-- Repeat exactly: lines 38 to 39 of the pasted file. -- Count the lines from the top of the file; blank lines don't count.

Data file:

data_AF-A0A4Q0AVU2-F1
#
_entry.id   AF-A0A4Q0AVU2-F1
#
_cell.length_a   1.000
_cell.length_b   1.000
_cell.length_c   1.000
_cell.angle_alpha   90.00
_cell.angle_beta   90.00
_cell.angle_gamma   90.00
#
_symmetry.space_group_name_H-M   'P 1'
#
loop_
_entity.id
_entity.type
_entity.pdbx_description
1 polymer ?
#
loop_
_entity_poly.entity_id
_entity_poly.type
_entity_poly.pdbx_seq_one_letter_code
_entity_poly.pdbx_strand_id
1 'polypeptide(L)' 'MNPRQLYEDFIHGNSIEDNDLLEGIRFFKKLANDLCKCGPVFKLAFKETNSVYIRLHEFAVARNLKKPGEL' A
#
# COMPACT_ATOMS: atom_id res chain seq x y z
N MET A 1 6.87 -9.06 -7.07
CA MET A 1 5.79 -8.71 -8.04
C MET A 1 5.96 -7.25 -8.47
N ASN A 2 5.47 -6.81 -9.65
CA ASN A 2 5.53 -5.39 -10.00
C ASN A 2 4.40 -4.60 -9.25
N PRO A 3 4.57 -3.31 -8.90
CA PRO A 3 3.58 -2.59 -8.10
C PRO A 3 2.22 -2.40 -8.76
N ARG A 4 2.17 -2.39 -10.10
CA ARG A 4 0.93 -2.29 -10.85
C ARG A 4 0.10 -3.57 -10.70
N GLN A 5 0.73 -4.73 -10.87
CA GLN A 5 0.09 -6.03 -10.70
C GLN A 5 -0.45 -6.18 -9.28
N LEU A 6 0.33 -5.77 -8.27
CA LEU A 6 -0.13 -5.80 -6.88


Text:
CA ARG A 4 0.93 -2.29 -10.85
C ARG A 4 0.10 -3.57 -10.70